But this has not stopped more than 1,000 people from the Middle East from signing up for a chance to spend the rest of their lives on Mars.
They are among more than 200,000 people worldwide who have signed up to take part in the Mars One space programme.
Over the next seven years, the programme will whittle that number down to just four, who will blast off in 2023 on an eight-month voyage to establish the first-ever human colony on the red planet.
But any Middle East-based applicants who believe living in the desert will give them an advantage will be disappointed, according to a spokesman for Mars One.
"To us it does not matter if a candidate is from a desert environment or not. We are looking for candidates who have a specific psychological profile," he said.
In terms of regional applicants, most of them, 477, are from Saudi Arabia. Bahrain is next with 421, followed by Kuwait with 142 and Qatar with 122.
There are just 52 from the UAE and even fewer from Oman, which has 45 applicants.
One of the UAE's budding space explorers is a Scottish accountant, Sarah Johnson, 30, who lives in Abu Dhabi. She submitted her application on a whim and admitted she would need to consider it further if she was short-listed.
"At that point in time I'd need to give serious thought to the implications of a one-way ticket," she said. "At this stage it's fairly informal and something that looks like a bit of fun.."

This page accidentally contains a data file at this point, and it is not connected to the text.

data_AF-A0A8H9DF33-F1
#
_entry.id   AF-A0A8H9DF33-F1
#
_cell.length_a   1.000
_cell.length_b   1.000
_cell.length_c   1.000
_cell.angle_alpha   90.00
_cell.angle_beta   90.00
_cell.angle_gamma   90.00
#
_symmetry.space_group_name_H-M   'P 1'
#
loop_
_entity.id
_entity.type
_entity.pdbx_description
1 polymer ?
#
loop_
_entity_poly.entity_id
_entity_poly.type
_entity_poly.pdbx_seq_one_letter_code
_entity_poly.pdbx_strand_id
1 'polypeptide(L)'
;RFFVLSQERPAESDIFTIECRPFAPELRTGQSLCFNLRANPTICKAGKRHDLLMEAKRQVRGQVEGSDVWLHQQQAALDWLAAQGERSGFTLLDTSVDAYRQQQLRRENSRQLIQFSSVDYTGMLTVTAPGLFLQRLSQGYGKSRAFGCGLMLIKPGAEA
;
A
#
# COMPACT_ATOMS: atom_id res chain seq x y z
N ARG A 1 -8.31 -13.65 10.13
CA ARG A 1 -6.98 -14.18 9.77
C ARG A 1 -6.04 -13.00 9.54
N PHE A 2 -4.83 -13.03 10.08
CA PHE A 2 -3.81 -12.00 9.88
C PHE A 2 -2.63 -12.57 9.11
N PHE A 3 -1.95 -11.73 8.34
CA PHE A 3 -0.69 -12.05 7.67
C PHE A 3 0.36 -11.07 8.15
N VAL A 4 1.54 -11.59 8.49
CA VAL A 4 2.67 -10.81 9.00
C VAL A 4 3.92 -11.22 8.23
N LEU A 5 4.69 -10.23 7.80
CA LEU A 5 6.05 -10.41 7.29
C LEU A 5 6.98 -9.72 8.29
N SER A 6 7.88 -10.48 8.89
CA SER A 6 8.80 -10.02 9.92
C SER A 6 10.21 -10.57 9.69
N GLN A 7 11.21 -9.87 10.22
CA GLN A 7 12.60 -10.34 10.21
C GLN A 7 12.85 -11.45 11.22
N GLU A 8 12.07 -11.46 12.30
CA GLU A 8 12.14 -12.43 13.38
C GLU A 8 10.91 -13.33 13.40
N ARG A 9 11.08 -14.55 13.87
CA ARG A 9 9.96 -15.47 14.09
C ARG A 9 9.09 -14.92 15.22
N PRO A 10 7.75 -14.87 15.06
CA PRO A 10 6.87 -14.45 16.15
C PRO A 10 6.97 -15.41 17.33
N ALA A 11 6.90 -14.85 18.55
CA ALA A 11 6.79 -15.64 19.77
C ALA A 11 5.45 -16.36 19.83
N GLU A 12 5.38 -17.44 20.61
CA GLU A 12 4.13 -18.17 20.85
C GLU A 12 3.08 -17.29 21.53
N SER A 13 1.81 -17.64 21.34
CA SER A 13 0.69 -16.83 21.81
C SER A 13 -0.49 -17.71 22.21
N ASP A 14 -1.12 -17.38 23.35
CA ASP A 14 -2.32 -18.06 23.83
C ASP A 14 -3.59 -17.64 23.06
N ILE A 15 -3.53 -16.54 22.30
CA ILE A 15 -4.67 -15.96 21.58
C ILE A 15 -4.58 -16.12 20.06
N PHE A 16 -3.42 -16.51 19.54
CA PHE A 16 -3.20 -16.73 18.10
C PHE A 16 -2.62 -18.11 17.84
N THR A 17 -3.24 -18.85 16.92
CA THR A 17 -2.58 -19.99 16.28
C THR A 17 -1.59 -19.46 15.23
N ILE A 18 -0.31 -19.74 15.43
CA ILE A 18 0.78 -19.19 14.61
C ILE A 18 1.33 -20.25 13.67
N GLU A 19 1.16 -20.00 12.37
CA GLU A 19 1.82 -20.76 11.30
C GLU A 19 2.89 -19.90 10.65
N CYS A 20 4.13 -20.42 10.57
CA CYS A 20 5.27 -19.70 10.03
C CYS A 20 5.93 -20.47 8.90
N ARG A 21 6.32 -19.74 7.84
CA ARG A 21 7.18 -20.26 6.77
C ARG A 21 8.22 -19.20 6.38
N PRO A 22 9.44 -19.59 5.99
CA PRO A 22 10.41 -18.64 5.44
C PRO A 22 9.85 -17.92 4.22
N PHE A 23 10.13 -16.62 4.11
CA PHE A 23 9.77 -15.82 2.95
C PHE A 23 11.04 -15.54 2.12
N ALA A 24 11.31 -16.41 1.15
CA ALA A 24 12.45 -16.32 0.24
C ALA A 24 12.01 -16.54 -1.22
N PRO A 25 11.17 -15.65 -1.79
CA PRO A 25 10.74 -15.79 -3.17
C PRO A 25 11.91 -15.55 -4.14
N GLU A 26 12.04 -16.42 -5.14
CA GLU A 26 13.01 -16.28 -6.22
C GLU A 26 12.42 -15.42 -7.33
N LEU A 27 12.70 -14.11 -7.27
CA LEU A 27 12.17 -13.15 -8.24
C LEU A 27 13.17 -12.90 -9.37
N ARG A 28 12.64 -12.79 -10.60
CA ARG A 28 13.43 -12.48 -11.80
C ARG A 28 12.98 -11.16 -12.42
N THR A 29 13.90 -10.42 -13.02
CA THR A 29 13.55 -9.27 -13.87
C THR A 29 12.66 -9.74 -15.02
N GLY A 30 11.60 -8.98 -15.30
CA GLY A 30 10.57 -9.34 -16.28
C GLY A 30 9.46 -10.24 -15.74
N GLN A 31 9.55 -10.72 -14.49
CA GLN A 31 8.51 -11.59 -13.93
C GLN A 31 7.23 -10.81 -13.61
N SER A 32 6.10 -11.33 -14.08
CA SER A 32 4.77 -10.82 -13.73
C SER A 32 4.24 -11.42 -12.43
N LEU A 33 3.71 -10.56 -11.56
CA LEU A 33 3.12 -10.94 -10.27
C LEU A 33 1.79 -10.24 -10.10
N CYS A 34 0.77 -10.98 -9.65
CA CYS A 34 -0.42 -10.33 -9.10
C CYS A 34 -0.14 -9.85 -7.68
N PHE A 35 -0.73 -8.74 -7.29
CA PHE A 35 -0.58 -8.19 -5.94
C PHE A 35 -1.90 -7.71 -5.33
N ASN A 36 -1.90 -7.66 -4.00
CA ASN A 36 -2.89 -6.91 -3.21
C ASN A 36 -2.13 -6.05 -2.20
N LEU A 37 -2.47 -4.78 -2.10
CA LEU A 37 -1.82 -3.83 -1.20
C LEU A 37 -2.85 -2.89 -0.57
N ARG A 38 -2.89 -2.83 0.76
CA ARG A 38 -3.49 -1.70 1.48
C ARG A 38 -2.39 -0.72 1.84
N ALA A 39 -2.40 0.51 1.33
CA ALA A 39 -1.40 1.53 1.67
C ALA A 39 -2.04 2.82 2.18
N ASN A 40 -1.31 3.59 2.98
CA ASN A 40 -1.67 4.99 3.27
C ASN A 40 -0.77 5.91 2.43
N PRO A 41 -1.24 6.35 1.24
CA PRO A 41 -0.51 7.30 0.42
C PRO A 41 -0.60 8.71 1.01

Ms Johnson said she was not a "space geek" but felt she was suitable for the programme.
"I enjoy travelling, meeting new people, visiting new places out of my comfort zone and all that sort of stuff," she said.
With 200 square metres of shared living space between the four volunteers, as well as the lack of many forms of entertainment, Ms Johnson said she would take her iPod to keep herself amused.
"It would be on a bit of a repeat playlist," she said. "I'd play mostly early 1990s dance classics just to keep everyone upbeat and motivated."
Nico Marquardt, a scientific adviser from Germany who has worked with the Mars One team on public relations events in the past, said there was a link between dissatisfaction on Earth and a person's desire to live on Mars.
"It's because they want escape from Earth," he said. "We know pretty much everything about the environment where we live, and it would be something pretty special to live on another planet."
The gravity on Mars is a third that of Earth, so living there for more than a year would result in massive muscle atrophy.
As a result, those selected to colonise Mars would not be able to come home because the gravity stresses upon returning could cause organ collapse.
However, the lack of gravity could also prompt increased longevity, perhaps up to 50 or 100 years beyond human averages.
Hasan Al Hariri, the director of Dubai Astronomy Group, said people would be mad to even consider it.
"It's just like suicide," he said. "In fact, it is suicide. Going there is a death sentence.
"Nothing on Mars is similar to Earth. We have so many things that we take for granted here, when you go to Mars those things won't be guaranteed or even available.
"It's just an ego thing, just people wanting to show off. It's absolutely not realistic."
Updated: September 12, 2013 04:00 AM